Japan and the United Kingdom have announced a partnership to jointly invest in critical minerals in Africa, aiming to enhance supply chain stability. The collaboration includes efforts to develop mines in African nations and establish a framework for discussions on economic security at the ministerial level. Both countries plan to acquire mining sites and build refining facilities in cooperation with mineral-rich African nations, diversifying their sources of supply.
Japan, heavily reliant on China for critical minerals like cobalt and nickel, has been actively seeking partnerships with African nations to secure resources crucial for its technology-driven economy. In August, Japan’s Minister for Economy, Trade and Industry, Yasutoshi Nishimura, visited several African countries, including Namibia, Zambia, the Democratic Republic of the Congo, Angola, and Madagascar, to forge an African supply chain for critical minerals.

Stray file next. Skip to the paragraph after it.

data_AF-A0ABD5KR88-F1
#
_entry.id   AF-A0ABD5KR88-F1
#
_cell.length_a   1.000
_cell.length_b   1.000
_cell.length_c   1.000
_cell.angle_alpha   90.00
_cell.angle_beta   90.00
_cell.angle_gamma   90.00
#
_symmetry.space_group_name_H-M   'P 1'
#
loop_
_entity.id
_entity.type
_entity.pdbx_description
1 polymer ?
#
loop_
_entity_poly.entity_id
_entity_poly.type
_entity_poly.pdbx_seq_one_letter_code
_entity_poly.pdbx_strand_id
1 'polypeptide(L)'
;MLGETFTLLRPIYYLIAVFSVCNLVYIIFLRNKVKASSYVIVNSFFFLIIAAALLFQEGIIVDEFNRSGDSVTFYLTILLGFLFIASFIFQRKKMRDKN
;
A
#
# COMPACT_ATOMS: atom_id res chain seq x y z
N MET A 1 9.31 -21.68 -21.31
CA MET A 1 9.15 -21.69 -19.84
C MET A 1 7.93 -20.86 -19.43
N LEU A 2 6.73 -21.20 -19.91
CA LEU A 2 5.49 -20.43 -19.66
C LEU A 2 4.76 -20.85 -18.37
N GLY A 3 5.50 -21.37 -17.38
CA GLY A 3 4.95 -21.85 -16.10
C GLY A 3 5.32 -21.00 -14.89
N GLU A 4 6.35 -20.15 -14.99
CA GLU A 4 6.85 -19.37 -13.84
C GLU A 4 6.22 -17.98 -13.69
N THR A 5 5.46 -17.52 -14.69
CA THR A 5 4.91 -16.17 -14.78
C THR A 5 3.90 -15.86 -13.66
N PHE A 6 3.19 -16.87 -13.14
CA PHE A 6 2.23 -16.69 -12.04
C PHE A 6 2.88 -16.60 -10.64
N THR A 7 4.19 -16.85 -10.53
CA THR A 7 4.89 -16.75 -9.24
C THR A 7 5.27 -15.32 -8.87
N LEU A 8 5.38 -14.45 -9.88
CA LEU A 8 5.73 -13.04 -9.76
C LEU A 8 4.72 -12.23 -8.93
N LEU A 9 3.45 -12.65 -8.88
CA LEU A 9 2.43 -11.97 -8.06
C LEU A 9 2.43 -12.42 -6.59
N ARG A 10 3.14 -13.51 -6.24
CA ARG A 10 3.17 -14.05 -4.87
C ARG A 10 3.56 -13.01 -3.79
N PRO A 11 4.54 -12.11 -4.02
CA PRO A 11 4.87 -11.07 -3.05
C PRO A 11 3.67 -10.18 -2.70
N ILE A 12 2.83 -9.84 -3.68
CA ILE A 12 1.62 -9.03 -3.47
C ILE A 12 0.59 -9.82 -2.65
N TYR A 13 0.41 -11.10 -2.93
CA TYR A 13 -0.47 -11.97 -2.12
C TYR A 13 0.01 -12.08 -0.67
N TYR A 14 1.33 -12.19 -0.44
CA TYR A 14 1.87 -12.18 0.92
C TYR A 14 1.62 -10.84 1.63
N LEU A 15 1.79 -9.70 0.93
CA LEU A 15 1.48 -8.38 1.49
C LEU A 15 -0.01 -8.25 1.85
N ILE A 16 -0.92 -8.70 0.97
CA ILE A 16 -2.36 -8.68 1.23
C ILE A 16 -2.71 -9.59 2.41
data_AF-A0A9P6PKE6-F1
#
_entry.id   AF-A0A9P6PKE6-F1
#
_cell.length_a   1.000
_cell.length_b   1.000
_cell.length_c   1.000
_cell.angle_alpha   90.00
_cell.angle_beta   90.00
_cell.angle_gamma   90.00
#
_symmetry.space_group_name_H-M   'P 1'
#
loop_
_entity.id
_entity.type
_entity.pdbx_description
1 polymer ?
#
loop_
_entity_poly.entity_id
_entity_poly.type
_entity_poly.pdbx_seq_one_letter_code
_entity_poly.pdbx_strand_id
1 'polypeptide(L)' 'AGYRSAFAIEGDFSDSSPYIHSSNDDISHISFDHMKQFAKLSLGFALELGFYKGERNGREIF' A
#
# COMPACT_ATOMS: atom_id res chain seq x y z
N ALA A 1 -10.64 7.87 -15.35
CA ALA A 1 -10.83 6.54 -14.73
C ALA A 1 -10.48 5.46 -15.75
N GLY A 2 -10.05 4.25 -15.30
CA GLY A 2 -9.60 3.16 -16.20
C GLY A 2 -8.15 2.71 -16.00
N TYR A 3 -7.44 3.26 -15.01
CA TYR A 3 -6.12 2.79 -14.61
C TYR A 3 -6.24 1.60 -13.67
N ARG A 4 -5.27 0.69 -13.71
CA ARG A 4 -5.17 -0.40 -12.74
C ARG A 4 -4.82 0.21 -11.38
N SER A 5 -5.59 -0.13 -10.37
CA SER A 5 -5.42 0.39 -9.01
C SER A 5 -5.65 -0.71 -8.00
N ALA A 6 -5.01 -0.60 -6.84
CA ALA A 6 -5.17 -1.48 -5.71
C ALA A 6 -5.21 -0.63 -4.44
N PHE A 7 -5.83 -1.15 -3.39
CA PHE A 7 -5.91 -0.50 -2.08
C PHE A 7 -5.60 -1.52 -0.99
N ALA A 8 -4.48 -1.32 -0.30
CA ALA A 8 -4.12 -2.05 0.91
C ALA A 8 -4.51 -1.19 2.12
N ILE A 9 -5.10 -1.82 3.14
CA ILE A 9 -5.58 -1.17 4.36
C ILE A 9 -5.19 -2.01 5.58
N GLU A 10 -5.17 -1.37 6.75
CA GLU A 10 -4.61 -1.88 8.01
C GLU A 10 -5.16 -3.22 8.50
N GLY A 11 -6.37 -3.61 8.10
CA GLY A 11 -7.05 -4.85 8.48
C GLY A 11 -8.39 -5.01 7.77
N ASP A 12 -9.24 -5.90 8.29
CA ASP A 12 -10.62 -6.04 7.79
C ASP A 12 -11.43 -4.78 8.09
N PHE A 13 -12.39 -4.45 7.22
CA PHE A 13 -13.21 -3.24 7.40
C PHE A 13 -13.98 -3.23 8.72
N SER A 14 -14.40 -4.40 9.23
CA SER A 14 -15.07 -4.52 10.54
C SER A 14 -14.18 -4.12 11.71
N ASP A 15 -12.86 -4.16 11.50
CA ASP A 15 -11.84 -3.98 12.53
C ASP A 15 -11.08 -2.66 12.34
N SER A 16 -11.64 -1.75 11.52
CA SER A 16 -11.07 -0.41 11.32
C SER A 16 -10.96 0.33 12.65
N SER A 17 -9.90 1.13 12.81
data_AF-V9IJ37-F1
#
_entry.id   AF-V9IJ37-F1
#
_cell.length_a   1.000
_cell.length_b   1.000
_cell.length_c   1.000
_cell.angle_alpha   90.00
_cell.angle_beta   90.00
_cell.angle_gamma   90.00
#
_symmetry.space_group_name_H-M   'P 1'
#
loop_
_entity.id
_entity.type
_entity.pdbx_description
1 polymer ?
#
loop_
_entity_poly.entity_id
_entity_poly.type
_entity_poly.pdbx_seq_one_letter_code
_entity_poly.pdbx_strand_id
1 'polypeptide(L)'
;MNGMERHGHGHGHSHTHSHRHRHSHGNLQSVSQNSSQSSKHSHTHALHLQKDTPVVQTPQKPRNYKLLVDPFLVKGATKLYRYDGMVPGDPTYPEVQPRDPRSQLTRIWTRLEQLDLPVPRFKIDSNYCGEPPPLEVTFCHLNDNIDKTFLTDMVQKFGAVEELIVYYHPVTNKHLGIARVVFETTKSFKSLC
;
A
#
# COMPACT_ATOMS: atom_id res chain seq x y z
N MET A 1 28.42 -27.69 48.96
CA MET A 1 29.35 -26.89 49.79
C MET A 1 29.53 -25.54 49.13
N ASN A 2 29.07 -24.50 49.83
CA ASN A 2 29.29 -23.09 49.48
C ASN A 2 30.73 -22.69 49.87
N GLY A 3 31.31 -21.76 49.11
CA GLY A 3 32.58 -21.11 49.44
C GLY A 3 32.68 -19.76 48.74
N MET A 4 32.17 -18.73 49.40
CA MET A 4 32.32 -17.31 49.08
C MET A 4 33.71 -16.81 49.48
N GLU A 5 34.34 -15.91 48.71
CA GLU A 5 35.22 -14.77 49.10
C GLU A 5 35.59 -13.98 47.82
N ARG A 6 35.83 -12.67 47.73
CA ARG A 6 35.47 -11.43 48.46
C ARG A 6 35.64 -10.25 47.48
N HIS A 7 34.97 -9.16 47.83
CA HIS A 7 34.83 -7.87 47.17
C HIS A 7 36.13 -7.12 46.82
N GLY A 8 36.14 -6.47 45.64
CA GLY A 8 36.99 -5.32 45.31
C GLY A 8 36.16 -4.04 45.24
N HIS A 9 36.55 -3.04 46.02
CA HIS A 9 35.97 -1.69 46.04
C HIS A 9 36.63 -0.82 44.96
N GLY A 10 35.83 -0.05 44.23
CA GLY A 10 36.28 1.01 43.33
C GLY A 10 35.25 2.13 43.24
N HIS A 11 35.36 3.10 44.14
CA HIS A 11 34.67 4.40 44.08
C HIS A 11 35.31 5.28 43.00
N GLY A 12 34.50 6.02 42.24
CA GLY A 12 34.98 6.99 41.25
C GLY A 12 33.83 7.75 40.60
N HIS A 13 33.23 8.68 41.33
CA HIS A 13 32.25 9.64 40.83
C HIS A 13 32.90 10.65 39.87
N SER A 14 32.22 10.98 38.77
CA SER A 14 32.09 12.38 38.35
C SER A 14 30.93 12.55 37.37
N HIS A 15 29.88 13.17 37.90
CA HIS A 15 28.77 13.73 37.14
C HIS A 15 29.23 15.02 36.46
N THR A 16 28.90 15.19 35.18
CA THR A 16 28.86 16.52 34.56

The United Kingdom, in a separate initiative, signed an agreement with Zambia focused on clean energy and critical minerals after a visit by the UK’s Foreign Minister, James Cleverly, to Zambia in August. This agreement is expected to result in substantial British private sector investments of $2.7 billion in Zambia’s mining, minerals, and renewable energy sectors, alongside government-backed investments of $537 million.
Additionally, the UK and South Africa have committed to holding regular ministerial discussions concerning critical mineral development and supply chains connecting Africa to Europe.